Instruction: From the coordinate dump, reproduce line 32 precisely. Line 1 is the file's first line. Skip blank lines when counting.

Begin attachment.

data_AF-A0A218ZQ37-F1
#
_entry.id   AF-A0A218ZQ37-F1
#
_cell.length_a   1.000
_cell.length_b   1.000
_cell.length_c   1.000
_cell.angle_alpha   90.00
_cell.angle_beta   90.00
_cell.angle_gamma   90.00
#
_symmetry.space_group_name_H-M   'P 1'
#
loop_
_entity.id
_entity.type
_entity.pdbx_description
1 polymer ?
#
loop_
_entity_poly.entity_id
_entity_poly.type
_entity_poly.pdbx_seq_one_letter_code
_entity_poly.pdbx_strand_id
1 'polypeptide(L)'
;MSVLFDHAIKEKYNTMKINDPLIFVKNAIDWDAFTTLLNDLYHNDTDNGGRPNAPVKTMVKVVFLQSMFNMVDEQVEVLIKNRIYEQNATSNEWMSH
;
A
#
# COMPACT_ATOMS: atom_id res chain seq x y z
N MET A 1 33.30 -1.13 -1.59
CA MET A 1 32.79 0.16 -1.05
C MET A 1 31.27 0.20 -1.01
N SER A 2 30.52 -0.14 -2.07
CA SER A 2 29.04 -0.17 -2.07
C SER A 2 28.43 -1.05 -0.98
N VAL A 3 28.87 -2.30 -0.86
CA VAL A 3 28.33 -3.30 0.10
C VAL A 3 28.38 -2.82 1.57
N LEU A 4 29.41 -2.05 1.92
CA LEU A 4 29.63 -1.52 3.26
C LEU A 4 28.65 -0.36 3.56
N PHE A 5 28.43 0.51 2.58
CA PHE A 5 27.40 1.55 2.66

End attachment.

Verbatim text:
CA MET A 1 32.79 0.16 -1.05